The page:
I knew that although it was pretty important, the literature of the anglosphere was not all there was. Australians probably forget that, if they ever knew.

 

Nevertheless, of the English books Thomas Hardy’s Tess of the D’Urbervilles taught me how cowardly men are and how cruel fate is. At the age of nineteen I loved Jean Rhys who, I will ashamedly confess, I felt wrote like a man. Until I discovered Margaret Attwood, and she did too.

 

I read for knowledge. I read to learn about the human condition. That expression, the human condition, to me in my late teens and since has meant the condition of knowing that you are alive and will die. And only human beings know that. Since then I have seen it used to refer to the ordinary travails of life and wonder if I got it wrong at the time. The human condition to me is not about work, family, ambition, power, lust, greed, love etc.. It is simply the knowledge of our own mortality.

 

In the final year of high school in Australia, because we didn’t have an Italian teacher a few of us studied Italian as a subject without regular classes. The novel we were studying was Il cappello del prete (The Priest’s Hat) and I remember reading it and writing a three-page summary of it in English for some of my schoolmates. I made multiple roneoed copies. I can’t remember the author or what it was about.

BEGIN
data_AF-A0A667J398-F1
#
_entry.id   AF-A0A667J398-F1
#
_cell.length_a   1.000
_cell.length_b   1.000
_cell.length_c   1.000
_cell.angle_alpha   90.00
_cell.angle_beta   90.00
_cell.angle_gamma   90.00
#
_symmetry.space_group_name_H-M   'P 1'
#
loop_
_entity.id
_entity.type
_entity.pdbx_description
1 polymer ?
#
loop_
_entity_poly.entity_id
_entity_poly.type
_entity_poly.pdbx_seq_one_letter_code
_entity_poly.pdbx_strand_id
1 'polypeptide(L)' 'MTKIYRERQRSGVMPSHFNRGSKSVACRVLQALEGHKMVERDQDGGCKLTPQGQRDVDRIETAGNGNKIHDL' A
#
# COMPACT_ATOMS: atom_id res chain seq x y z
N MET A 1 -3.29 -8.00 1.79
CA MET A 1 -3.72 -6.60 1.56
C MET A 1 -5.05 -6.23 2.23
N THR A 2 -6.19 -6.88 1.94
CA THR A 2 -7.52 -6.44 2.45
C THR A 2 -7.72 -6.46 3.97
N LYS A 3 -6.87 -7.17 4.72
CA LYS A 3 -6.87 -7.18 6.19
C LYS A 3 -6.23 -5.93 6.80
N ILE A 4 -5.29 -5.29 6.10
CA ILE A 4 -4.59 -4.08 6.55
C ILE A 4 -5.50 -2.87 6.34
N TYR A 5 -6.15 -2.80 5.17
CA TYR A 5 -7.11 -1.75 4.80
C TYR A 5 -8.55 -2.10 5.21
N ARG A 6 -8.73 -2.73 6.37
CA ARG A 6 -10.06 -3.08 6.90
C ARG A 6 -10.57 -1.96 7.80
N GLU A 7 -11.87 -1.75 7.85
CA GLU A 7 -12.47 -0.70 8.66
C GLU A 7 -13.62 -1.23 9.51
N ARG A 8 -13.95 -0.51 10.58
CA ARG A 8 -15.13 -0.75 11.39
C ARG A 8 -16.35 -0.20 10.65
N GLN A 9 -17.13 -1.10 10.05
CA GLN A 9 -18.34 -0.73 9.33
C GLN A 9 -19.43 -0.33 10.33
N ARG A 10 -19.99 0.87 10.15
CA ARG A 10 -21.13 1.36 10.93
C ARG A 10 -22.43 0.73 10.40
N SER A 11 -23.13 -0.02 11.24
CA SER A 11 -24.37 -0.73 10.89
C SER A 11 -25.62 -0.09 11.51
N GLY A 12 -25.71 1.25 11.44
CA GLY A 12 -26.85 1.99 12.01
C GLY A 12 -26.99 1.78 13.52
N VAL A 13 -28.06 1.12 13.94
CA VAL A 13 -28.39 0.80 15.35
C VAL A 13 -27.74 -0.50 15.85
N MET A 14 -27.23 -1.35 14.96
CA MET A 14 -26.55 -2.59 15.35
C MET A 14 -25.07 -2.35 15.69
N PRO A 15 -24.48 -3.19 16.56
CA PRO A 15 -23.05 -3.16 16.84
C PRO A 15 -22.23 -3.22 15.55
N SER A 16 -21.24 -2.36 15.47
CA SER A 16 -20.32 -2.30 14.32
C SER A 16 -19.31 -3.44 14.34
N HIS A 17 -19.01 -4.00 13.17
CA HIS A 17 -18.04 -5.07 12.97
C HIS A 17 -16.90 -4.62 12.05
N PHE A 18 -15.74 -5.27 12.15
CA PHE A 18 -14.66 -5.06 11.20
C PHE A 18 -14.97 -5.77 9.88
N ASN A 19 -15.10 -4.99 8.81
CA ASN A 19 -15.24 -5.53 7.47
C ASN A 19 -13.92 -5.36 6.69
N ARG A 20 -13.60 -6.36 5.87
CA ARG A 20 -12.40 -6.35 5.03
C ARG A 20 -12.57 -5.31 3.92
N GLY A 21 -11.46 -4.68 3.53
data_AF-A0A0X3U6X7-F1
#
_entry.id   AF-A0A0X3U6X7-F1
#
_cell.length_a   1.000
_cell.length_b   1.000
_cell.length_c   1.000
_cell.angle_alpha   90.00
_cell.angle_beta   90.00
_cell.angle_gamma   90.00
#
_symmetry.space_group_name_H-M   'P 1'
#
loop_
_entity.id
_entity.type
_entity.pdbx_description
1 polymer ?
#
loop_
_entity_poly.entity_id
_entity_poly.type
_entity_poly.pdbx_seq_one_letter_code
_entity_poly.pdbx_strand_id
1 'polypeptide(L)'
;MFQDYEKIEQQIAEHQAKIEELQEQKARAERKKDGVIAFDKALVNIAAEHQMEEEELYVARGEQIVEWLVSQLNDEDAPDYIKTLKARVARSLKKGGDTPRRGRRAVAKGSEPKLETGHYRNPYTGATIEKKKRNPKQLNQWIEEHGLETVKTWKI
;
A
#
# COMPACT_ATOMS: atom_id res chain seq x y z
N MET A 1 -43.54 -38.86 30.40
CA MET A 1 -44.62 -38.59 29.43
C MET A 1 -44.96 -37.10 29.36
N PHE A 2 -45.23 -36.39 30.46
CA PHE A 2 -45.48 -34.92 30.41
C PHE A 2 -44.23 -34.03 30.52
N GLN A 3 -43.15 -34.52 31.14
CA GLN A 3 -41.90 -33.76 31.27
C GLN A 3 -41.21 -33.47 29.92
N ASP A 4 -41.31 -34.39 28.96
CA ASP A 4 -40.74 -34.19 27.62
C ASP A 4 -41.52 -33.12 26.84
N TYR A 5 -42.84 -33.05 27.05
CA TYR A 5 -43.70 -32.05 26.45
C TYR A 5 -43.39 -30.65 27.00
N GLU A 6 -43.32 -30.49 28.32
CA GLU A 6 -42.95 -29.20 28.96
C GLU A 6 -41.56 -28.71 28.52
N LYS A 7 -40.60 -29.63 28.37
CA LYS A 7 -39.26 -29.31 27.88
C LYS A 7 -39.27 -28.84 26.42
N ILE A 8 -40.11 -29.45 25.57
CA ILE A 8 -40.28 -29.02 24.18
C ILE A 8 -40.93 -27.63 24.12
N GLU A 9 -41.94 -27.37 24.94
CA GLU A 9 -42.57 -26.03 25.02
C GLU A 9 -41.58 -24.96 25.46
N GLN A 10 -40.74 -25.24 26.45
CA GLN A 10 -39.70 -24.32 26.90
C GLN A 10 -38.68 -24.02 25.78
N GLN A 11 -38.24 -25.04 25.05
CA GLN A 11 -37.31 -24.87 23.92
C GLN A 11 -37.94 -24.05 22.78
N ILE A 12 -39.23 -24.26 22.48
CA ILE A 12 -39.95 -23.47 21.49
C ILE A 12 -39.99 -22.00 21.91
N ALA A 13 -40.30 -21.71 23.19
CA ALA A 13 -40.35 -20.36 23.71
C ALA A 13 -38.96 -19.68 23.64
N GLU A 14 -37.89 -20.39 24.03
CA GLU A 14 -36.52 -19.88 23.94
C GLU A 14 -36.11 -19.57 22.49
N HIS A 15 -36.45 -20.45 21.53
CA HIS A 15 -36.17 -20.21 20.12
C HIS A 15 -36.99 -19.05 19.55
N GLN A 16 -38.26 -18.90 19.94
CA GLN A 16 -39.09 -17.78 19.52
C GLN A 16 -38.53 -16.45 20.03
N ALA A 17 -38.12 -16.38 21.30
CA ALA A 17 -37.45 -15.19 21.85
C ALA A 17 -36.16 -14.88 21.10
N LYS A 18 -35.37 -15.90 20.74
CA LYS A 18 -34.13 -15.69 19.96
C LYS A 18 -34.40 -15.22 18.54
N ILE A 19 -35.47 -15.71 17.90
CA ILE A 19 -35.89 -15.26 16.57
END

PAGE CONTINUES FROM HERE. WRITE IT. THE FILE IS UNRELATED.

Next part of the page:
After high school I went to Italy to start my university studies in Pisa where I was studying French, English and Psychology.

 

This meant reading Benjamin Constant’s Adolphe, about which all I remember is the character of the protagonist, a young man who seduces an older woman and then is unable to easily extricate himself from the relationship. Adolphe was the entire Year 1 French course. It satisfied my need to learn about human behaviour.

 

For the examination, seated at a table in front of three university teachers, I had to be able to read excerpts from the novel, discuss it and translate a section into Italian. The examination lasted 40 minutes while a room full of students waiting their turn stood behind me and watched and listened.

 

While hitch-hiking and catching trains in England, France and Italy I read a collection of Voltaire’s writing called Romans et Contes. This book I found while working at a holiday job in Lannemezan, in the Pyrenees. We were collecting unwanted household goods and this was a book someone was throwing out. From Voltaire’s collection I can only remember the famous Candide, and the idea that we all have to get on with life anyway, despite all the fancy talk, and “cultivate our garden”. I liked that philosophy. I also enjoyed reflecting on Dr Pangloss’s idea that we live in the best of all possible worlds.